“I guess,” Bucky murmurs, sounding distracted. Sam blinks; he’d kind of expected Bucky to bitch about it, but Bucky doesn’t say a word, just runs his tongue over his lower lip, turns another page.

 

The weird peace between them doesn’t last. Or, rather, it lasts exactly as long as they’re reading on the couch together, and then Bucky disappears into his and Steve’s bedroom for something, and Sam gets up to grab a drink. The only soda in the house is some weird South African off-brand, and sugar-free on top of that, but Sam pours himself a glass anyway. Makes a face at the artificial taste of aspartame in his mouth but doesn’t stop drinking it. He’s kind of hungry, he thinks, and opens the fridge, considers his options, reaches for the jar of pickles.

The lid won’t open. He twists a little harder, and it still doesn’t budge, not even a fraction.

Sam takes a deep breath. “Barnes!” he yells, glaring at the fridge door, and then Bucky appears in the doorway and Sam transfers his glaring to him.

“What?” Bucky asks, a little out of breath, and Sam raises an eyebrow, hands him the pickles.

“Stop doing up the lids so fucking tight,” he snaps, and Bucky bites his lip like he's hiding a smile.

“Sorry,” he says, sounding at least half genuinely apologetic. Twists open the jar. “Still getting used to the new settings, I guess.”

“We could have left your ass in cryo,” Sam tells him. “It's not too late for me to get T’Challa on the line and put you back in the freezer.”

“Whatever,” Bucky shrugs. Hands Sam the open jar. “You'd miss me, Wilson, you know it.”

“I wouldn't miss shit!” Sam yells after him, but he can't help smiling as he says it.

 

Things keep going like that, friction interspersed with odd moments of easy companionship, or maybe the other way around. Sam spends his days sleeping late, finishes his book and starts another one, writes another postcard and sends it to Monique; this one has giraffes on it, and he’s pretty sure she’ll love it. Steve takes a call from Tony, and it lasts for a whole fifteen minutes before Steve’s tightening his jaw and glowering at the tabletop.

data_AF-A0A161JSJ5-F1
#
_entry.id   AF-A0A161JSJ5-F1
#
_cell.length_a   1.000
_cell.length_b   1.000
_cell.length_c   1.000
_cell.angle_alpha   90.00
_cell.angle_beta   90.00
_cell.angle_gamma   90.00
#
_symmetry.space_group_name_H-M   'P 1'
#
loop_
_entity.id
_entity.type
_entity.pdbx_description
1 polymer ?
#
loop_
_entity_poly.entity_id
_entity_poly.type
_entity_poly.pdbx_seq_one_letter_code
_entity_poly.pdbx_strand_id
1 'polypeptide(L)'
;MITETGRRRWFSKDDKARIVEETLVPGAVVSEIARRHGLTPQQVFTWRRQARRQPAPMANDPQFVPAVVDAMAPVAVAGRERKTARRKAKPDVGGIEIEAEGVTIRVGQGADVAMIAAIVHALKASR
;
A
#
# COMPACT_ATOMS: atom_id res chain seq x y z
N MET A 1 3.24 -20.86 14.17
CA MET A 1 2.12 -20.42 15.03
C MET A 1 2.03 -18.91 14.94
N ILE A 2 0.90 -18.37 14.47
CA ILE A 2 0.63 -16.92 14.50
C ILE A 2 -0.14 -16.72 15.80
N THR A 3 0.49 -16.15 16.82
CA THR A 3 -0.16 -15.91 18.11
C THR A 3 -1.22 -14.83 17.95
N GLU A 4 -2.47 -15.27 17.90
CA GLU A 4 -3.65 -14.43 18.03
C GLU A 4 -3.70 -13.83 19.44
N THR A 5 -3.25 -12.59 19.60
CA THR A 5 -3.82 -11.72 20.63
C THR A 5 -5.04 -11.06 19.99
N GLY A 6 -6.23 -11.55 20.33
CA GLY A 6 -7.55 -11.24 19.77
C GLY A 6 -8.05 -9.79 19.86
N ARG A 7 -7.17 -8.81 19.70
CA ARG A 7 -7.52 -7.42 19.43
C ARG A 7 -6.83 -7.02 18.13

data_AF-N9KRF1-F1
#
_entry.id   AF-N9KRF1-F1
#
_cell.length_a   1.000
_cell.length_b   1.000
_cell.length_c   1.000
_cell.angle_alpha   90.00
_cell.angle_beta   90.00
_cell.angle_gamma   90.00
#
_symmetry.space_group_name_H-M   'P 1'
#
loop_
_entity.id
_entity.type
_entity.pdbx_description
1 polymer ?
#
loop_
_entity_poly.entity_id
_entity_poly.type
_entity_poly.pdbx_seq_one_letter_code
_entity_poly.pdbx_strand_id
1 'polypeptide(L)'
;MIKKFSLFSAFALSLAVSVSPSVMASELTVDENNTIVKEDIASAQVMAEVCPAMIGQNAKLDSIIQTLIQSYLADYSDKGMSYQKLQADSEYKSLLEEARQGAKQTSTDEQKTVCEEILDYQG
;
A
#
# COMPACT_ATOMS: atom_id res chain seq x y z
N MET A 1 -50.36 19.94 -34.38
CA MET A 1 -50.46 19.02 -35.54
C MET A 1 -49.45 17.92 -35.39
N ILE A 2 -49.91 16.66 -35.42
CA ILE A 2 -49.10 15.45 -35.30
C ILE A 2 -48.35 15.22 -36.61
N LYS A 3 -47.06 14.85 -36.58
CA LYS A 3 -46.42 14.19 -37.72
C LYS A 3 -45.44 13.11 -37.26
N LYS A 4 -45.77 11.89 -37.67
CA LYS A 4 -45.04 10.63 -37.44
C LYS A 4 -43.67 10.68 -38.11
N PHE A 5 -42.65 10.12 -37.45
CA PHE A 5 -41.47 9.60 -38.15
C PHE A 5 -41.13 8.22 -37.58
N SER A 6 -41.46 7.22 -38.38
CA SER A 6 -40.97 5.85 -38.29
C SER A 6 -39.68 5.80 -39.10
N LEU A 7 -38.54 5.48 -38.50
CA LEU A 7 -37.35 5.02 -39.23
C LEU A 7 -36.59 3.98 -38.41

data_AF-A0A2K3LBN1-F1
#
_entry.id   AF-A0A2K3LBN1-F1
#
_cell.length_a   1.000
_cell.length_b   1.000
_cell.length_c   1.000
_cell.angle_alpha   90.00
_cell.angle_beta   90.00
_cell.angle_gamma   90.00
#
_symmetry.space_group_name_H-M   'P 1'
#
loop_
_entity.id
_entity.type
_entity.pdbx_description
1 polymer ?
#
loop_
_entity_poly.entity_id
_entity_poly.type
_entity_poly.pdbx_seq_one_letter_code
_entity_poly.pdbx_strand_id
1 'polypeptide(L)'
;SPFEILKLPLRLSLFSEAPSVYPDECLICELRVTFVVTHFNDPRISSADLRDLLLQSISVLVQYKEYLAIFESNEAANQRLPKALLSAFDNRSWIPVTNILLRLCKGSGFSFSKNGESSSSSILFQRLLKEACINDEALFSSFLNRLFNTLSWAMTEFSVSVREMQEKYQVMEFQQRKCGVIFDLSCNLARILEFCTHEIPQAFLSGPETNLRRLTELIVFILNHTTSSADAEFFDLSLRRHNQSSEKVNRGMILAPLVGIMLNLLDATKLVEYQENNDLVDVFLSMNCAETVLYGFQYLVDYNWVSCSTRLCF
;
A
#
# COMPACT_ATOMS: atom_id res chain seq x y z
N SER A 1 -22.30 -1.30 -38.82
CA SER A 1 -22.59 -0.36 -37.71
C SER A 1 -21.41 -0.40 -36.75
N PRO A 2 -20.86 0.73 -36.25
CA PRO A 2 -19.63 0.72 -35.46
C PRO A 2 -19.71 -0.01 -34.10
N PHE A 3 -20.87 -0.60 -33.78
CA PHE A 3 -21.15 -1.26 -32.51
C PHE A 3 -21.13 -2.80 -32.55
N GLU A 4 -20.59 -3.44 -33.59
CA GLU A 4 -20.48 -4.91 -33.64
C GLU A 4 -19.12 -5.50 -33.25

“Pretty sure that’s a record,” Bucky mutters to Sam as they’re watching it happen from the living room. “No raised voices, nobody even broke anything.”

“Once,” Sam replies, talking out of the corner of his mouth, “back when we were all living in the Avengers base upstate, they got into a discussion about the direction of the Democrats for the mid-terms and it only took five minutes before Steve called Tony a fascist and Tony told him they could go a round in the middle of the team dinner.”

“You know I can hear you,” Steve sighs mildly. Sam shrugs.

“Tony threw a handful of mashed potato at him,” he tells Bucky, who cackles loudly. “And then Steve got mad because that's a waste of food, called Tony a spoiled rich guy who'd never missed a meal in his life and didn't know what it meant to be poor, so how could he criticise working-class voting patterns.”

“It's disrespectful,” Steve says as if he's actually a part of this conversation. “People going hungry, still, and Tony's gonna throw food at me? Come on.”

“Didn't it shame him into funding a soup kitchen for like a year?” Sam asks, and Steve smiles just a little.

“Five,” he says. “And he held a benefit to fundraise for food banks, raised half a million bucks serving rich people canned food. Fuck, I should call him back, huh.”

Sam doesn't bother to reply; Steve's already heaving a sigh, grabbing the burner phone and dialing Tony again.

“Tell me you got a photo of Steve covered in mashed potato,” Bucky says to Sam, quiet. Sam smirks.

“In his eyelashes,” he says. “It's on my old phone, so if Ross ever cracks that security I'm sure he'll get a thrill out of it, but I probably uploaded it to the cloud. I'll check the next time we go down to that internet cafe on the next block.”